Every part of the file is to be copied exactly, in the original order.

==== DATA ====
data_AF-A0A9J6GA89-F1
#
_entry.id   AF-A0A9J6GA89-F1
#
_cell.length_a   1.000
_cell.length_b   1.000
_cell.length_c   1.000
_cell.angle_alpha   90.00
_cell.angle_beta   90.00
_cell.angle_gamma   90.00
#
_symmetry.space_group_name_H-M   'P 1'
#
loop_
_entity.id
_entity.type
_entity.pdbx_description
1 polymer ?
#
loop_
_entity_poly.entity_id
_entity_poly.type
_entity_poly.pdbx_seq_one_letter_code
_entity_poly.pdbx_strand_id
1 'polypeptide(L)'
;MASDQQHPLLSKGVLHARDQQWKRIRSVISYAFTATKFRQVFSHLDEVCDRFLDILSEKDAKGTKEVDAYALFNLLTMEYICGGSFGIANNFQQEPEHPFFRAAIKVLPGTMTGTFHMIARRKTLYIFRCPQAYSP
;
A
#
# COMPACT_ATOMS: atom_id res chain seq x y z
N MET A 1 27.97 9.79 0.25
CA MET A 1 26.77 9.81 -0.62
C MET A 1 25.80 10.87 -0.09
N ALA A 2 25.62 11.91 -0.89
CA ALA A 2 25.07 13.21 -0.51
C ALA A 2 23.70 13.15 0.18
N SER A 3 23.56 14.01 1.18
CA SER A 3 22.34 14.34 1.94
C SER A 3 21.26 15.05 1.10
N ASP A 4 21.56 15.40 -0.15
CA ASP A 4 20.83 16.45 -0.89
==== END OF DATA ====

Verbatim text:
data_AF-A0A9J6GA89-F1
#
_entry.id   AF-A0A9J6GA89-F1
#
_cell.length_a   1.000
_cell.length_b   1.000
_cell.length_c   1.000
_cell.angle_alpha   90.00
_cell.angle_beta   90.00
_cell.angle_gamma   90.00
#
_symmetry.space_group_name_H-M   'P 1'
#
loop_
_entity.id
_entity.type
_entity.pdbx_description
1 polymer ?
#
loop_
_entity_poly.entity_id
_entity_poly.type
_entity_poly.pdbx_seq_one_letter_code
_entity_poly.pdbx_strand_id
1 'polypeptide(L)'
;MASDQQHPLLSKGVLHARDQQWKRIRSVISYAFTATKFRQVFSHLDEVCDRFLDILSEKDAKGTKEVDAYALFNLLTMEYICGGSFGIANNFQQEPEHPFFRAAIKVLPGTMTGTFHMIARRKTLYIFRCPQAYSP
;
A
#
# COMPACT_ATOMS: atom_id res chain seq x y z
N MET A 1 27.97 9.79 0.25
CA MET A 1 26.77 9.81 -0.62
C MET A 1 25.80 10.87 -0.09
N ALA A 2 25.62 11.91 -0.89
CA ALA A 2 25.07 13.21 -0.51
C ALA A 2 23.70 13.15 0.18
N SER A 3 23.56 14.01 1.18
CA SER A 3 22.34 14.34 1.94
C SER A 3 21.26 15.05 1.10
N ASP A 4 21.56 15.40 -0.15
CA ASP A 4 20.83 16.45 -0.89